Macau 1996 - 1998

First steps on the road...

Following on from my six years in London, I touched down in Macau in late November 1996. If my early trips to France were pretty overwhelming, this time, I was well and truly out of my depth. So many new, wild and crazy experiences, all of which taught me so much and...


Macau in 1996 was still Portuguese and very much a backwater with a definite wild side. Despite it being a colony since 1557, the Portuguese had no desire to do too much to Macau (with the 1999 Handover looming), and the Chinese had no rush to move in. For those of a delicate nature, please excuse the sordidness of these early stories, but Macau was very much like that back then. I was young, single, homesick and very much guided by my new friends and colleagues. If was was to settle in, I had to go with the flow.

After a few days settling in to my new hotel, my first night out in Asia saw a few of us head out after work. We started off with a few beers in some pub or other before proceeding to 'Jai Alai' - an entertainment venue which featured a strip show made up entirely of Canadian girls. As a 24 year old, I was in awe - these girls were absolutely stunning and (during many visits in my time there) I fell in love several times a night. There were several rows of seats and while the front row gave the best view, you were also obliged to tip generously at the end of each performance. The girls collected their tips in various ways, most of which were imaginative and rather intimate. After the show, the next port of call was the Lisboa Coffee Shop, a cafe in the basement of the old Lisboa Hotel. Not only could we carry on drinking, but they sold a mean hot dog and fries which was often the go-to option for the late night nibbles. The coffee shop was also the gathering place for many 'ladies of the night', who we'd invariably get chatting to. We were locals too, so our conversations were fairly tame as we all knew there was no business to be done. I do remember that first night chatting to some Russian girls and reverting to French - my default language which I turned to when English was off the table. Strange, but all good fun. 

After three weeks in Macau, new expats had to leave to get a new stamp in their passport. So, with the weekend off, I got the early evening Jetfoil to see Hong Kong for the very first time. Seeing Hong Kong for the first time by boat was pretty breathtaking as the whole of HK island opened up before my eyes as we approached the harbour. No photos, but I'll always remember that sight. Once through immigration, I was meeting my old college mate at the Lamma Ferry Terminal for a weekend on at his place on Lamma. Unfortunately I waited at the wrong terminal and with no mobile phones back then, we missed eachother. So I took a short walk along the harbour front before heading back to Macau. Although my first visit didn't go exactly as planned, I fell in love with Hong Kong that night and it's been a big part of my life ever since.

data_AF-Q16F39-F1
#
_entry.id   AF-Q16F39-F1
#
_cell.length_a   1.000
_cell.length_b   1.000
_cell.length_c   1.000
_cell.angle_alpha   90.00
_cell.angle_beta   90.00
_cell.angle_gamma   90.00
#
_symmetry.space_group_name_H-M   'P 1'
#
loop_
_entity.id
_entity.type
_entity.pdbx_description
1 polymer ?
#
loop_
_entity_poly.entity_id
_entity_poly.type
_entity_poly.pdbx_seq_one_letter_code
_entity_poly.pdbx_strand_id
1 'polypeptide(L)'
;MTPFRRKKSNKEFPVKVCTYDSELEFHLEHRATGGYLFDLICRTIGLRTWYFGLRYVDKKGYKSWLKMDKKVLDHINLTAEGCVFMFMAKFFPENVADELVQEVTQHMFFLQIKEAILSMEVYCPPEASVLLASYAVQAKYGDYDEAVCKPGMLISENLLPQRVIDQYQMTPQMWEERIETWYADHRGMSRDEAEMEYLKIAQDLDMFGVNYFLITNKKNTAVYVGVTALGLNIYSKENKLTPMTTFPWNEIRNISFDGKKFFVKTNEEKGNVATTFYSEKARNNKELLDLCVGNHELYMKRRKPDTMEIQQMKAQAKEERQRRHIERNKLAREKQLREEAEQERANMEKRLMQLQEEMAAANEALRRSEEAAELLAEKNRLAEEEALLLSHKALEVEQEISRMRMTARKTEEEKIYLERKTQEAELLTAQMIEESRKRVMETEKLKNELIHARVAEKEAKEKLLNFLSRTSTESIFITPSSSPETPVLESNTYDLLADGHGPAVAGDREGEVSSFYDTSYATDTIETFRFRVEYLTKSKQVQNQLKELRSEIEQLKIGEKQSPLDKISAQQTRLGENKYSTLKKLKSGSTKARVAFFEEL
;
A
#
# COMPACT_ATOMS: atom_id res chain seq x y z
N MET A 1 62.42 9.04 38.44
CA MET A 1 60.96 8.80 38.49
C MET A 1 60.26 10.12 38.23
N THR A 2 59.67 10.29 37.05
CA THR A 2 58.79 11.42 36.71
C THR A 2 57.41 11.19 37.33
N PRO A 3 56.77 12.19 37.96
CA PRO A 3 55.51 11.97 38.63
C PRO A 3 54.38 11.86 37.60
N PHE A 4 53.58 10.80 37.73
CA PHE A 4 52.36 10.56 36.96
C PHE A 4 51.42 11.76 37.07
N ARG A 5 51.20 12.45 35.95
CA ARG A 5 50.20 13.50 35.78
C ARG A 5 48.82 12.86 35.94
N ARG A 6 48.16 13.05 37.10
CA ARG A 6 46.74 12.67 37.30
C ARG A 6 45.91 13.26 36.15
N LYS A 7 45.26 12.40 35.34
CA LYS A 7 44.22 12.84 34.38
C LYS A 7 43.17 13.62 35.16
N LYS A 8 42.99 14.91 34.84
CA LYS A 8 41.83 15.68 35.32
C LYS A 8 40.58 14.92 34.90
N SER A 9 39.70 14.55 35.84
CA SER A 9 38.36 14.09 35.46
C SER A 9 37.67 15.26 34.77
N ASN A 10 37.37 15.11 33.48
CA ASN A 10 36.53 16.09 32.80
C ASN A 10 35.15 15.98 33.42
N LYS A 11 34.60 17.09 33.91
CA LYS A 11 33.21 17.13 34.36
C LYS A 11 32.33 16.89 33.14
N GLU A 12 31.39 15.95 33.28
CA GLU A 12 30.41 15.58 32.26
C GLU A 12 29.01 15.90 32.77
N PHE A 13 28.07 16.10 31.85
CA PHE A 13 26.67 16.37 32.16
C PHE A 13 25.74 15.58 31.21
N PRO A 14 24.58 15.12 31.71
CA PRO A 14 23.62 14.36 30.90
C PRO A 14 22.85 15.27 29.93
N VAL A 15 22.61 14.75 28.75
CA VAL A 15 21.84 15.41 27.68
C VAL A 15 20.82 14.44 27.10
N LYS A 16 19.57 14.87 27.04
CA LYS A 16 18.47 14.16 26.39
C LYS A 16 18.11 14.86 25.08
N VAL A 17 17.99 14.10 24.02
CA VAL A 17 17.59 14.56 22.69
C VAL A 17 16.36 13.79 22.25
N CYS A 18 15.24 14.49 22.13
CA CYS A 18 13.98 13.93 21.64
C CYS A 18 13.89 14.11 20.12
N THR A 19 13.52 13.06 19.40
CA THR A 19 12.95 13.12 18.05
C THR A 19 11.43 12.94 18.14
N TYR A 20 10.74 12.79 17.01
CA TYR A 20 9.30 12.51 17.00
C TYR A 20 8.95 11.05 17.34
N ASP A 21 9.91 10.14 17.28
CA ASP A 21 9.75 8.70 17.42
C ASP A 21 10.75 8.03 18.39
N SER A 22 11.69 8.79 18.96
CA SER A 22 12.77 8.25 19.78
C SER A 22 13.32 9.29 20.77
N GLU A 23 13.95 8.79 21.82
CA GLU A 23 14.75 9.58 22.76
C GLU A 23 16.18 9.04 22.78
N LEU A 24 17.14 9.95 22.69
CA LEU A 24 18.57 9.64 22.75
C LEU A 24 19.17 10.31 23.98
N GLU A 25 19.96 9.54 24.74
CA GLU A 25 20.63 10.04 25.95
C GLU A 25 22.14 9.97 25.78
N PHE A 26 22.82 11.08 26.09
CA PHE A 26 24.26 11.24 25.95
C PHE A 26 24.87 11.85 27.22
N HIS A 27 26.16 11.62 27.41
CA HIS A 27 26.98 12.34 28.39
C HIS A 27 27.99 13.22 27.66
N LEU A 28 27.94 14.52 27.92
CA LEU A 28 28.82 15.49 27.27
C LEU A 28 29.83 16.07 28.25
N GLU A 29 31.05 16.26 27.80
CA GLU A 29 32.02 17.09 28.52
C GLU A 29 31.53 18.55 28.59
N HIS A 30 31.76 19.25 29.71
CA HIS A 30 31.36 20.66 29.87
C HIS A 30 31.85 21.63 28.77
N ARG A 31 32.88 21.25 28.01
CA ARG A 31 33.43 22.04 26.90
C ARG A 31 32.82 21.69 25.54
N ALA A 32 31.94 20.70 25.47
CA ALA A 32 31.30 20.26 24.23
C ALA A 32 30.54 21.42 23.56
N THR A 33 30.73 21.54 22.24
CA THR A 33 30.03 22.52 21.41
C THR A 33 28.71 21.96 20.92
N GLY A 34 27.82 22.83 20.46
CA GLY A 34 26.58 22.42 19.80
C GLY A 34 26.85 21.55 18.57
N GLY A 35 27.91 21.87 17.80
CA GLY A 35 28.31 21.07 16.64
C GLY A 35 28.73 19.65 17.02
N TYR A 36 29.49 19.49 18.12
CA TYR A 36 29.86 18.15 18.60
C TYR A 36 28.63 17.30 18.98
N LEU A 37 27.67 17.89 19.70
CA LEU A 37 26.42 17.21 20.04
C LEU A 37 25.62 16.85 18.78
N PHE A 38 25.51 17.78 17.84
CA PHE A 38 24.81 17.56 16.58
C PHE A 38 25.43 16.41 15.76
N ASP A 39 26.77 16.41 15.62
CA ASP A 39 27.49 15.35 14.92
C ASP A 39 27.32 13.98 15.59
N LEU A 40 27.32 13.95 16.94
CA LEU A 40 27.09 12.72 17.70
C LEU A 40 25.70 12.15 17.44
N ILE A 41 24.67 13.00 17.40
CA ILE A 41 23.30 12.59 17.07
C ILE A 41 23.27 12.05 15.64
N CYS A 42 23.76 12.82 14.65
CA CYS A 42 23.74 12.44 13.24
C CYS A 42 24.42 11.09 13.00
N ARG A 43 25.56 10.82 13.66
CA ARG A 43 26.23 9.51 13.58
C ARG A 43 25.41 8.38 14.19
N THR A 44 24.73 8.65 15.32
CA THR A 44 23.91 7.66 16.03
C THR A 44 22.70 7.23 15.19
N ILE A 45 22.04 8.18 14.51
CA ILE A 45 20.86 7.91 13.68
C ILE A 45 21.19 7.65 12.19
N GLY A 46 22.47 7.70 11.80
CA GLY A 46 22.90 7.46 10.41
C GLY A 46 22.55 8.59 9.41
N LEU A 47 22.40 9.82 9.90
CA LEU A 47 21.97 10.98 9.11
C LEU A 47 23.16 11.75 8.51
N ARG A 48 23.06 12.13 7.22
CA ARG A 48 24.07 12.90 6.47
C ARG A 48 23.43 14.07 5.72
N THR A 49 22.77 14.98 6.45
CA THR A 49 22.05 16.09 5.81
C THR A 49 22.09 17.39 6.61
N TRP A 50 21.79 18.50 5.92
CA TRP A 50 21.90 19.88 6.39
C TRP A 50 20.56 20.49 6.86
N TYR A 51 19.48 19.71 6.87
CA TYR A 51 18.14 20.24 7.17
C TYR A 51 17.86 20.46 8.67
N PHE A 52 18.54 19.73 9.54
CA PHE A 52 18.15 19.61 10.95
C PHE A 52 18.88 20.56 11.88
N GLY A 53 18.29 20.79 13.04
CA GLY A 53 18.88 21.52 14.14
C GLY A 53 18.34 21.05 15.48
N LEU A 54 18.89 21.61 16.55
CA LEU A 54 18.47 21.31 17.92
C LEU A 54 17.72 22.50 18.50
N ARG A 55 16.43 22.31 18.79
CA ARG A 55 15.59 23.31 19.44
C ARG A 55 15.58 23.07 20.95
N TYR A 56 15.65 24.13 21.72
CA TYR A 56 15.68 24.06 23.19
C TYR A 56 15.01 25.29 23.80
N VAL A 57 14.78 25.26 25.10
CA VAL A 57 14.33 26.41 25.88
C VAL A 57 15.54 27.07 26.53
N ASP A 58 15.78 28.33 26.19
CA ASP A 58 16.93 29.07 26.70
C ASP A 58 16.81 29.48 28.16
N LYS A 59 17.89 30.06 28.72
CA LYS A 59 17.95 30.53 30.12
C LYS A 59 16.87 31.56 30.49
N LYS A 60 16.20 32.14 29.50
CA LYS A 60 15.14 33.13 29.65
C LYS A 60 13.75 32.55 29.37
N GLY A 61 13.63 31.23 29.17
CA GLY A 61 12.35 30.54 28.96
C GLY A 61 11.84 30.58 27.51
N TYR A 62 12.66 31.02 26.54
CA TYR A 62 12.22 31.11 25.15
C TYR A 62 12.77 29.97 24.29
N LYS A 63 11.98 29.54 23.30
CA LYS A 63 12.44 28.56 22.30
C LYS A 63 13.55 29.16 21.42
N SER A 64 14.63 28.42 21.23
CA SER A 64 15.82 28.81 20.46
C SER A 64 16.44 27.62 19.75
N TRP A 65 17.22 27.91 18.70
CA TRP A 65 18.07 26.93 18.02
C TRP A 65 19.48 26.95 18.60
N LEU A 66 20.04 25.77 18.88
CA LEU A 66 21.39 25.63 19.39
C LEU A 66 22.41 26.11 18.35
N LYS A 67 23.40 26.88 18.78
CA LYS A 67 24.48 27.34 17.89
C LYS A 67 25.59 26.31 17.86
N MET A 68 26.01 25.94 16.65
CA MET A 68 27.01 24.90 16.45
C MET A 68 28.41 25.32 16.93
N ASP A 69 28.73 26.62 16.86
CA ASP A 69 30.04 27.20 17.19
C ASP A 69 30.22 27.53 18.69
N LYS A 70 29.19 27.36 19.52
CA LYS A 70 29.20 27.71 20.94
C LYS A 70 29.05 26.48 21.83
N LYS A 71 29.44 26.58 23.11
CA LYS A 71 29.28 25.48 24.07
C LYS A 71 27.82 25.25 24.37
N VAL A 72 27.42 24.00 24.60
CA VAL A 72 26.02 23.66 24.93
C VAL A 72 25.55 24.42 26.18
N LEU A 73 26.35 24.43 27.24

As anyone who has lived in the Far East knows, Chinese New Year is a very special occasion. I've seen a fair few of them by now, but that first one in February 1997 was the most memorable of them all. In the weeks before CNY itself, firework stalls used to open up on various pieces of wasteland around Macau. Anyone could go along and buy any size of firework and set them off in a designated spot. With no control of who and when you could set off your fireworks, it was a war zone. You would tentatively approach the designated spot with bangs going off and rockets whizzing past you. It was so dangerous, but so much fun. I remember one massive rocket I set off - I lit the touch paper and backed off only to see it slowly topple over and shoot off into crowds of people. No damage done though. There was also a specially-built frame for the firecrackers and if someone bought the largest of them all, a massive cheer would go up as everyone stood back and let the guy have his moment. This would go on for about two weeks before CNY itself and would of course ramp up to a climax over the first three days of the new year. At the hotel, we would hang up about 10 sets of massive firecrackers at the main entrance and light them all at the same time. The noise was incredible as everyone cowered nearby and brought in the new year together. Unfortunately that level of reckless fun is no longer allowed but I'm just glad I got to experience it one time.

Phuket Trip - ? 1997

Guangzhou Trip - November 1997

Phuket 2 - ? 1998

Manila 10s - ? 1998

Handover & Parachute Jump - return to HK